Why your best seller may not be who you think it is
I've just returned to Sydney from the 2015 Legal Marketing Association (LMA) conference in San Diego. The conference is one of the best places in the world to hear the what law firms are doing to grow their businesses. Little wonder then that this year, more than 1,300 people chose to attend.
All up the conference ran for three days, covered 60 sessions and featured more than 140 speakers.
Sales is no longer a dirty word
Key themes this year included Business Development, the Business of law, Client Service, Marketing Technology and Marketing Communications.
And one of the most fascinating addresses was the keynote speech which was given by Dan Pink, best selling author of “To Sell is Human”, covering the new principles of influence.
Pink argued that the traditional negativity associated with sales was the result of buyers having less information than sellers, few choices of what they could buy and no way to talk back to the seller. It was, by definition, ‘buyer beware’.
The seismic shift in the availability and transparency of information today has changed the relationship to one of ‘seller beware’. And with this has come a new found interest in evidence based-selling.
To help professionals reconsider ‘sales’ in light of these changes, Pink directed the audience to research by Adam Grant from Wharton School of Management. His studies showed that, far from the ingrained image of the extroverted ‘spivvy’ salesman, the most effective salespeople (by a wide margin) aren’t really extroverts at all. They are the ‘ambiverts’: the people who are neither extremely introverted nor extroverted, but possess the best characteristics of both.
5 ways to find your firm’s ambivert voice
Pink suggested that there are five simple ways firms can capitalise on the new sales paradigm to help win more work:
1. Focus on the ambiverts when deciding on your firm’s leadership positions. by their nature know when to push and when to listen. They know they don’t have to try to be an extrovert or a ‘glad handler ‘ to be effective at sales. They’re more likely to be authentic by being themselves. This builds trust.
2. Get leaders to consciously ‘turn their power down’ when dealing with people both internally and external. This will help them take on board more perspectives and consider things more fully. That’s because there's often an inverse relationship between power and the ability to see problems from other’s point of view.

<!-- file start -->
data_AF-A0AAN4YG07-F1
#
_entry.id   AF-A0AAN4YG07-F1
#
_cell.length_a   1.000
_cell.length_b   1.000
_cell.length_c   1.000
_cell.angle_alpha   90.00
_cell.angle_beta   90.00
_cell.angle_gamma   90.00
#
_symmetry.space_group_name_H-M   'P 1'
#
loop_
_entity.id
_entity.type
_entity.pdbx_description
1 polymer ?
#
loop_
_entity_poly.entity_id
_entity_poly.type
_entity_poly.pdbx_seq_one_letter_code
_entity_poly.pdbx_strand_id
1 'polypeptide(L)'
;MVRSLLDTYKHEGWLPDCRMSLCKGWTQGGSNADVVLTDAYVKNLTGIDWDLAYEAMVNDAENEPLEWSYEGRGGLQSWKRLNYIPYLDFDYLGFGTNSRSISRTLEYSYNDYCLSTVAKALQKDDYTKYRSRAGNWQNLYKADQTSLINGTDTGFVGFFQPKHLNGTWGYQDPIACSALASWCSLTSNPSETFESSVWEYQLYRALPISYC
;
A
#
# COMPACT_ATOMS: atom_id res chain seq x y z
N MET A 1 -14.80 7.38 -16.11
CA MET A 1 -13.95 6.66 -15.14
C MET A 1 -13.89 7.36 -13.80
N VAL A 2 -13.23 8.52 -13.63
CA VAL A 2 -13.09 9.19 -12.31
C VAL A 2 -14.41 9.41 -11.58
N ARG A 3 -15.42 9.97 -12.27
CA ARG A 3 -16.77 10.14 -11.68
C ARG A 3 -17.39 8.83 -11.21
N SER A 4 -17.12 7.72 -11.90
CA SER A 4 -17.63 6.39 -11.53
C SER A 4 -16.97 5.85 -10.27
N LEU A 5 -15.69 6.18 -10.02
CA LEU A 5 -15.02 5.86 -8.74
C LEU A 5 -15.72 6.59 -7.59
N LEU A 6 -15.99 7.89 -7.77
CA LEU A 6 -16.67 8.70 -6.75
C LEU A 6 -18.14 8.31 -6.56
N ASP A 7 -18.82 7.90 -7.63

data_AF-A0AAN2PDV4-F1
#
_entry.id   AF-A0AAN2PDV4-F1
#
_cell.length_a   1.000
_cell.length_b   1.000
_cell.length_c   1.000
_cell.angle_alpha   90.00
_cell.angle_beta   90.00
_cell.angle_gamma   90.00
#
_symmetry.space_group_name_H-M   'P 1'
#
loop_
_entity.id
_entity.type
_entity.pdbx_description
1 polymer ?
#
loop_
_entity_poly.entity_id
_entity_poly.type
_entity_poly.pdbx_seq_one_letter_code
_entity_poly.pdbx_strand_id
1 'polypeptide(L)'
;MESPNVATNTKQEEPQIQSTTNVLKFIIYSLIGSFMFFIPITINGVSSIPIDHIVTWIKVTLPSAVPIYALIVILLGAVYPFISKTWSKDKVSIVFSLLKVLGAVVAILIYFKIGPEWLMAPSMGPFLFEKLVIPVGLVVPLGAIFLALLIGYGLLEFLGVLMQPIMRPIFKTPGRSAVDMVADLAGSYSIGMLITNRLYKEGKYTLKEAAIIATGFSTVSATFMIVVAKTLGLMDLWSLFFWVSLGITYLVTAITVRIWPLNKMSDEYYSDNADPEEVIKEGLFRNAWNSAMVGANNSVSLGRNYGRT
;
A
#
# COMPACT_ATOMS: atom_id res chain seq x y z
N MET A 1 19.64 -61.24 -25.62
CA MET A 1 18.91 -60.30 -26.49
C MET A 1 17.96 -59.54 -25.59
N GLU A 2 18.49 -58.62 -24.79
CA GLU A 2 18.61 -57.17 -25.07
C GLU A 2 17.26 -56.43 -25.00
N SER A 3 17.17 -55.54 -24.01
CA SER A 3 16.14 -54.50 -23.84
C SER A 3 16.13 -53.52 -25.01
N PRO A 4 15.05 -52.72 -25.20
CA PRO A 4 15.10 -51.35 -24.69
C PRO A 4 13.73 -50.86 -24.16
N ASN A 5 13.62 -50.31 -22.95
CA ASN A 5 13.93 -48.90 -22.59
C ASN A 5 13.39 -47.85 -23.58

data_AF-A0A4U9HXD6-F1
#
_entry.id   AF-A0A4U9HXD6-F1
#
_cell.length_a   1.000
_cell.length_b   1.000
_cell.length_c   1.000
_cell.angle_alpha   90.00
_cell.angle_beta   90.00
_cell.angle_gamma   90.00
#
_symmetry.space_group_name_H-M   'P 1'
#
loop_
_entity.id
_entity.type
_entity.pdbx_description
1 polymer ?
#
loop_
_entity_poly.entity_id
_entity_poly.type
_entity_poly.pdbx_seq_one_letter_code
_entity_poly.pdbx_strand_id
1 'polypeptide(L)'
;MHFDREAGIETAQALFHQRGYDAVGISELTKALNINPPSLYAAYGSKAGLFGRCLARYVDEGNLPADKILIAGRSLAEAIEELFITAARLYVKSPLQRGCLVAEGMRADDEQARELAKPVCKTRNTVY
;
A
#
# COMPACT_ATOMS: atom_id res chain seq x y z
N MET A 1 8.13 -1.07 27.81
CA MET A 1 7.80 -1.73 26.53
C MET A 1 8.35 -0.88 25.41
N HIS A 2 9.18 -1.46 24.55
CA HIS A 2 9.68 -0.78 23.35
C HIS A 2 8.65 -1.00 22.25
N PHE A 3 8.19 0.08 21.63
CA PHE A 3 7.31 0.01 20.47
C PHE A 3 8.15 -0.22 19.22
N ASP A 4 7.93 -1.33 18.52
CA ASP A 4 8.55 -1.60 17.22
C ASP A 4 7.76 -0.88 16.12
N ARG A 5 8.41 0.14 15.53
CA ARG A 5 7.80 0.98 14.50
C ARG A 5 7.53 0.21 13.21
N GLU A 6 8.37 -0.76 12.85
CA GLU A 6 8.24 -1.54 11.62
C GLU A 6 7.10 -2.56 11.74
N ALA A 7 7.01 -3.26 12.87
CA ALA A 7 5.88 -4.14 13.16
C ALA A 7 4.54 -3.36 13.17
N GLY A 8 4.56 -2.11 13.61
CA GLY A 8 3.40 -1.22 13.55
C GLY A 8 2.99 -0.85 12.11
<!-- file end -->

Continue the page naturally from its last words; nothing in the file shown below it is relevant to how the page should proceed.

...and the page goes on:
3. Practice imagining what the other side is thinking. When we become overwhelmed with data, thinking takes over EQ. So step back and get clarity by deliberately trying to see things through another set of eyes.
4. Start taking your physical cues from the other side. This can often help you better understand how they are thinking. Even adopting the same stance or language will help adjust your approach.
5. Stop spending time trying to pitch, persuade or change minds. Instead, invest time in making it easier for others to act. This includes creating an ‘off ramp’ of options for decision making. You can read more on how sales in changing and what you can do to capitalise on it in this article in the Washington Post. Or read this piece to find out how leaders can lose touch. Alternatively, you can even test your own ambiversion here.
Other ideas that came out of the Conference
While Dan Pink’s talk was fascinating, it was just one of several great sessions that I went to.
One of the more talked about sessions included focusing effort on building next generation of rainmakers by starting lawyers early with their business development training. Another looked at the increasing use of client feedback as a way doing business – rather than treating it as a one off project.
If you want to see what all the fuss is about firsthand, next year’s LMA’s 2016 conference will be held on April 11-13 in Austin, Texas.
An edited version of this article originally appeared in ALMPA’s “Survival Guide for Legal Practice Managers” on 21 April 2015.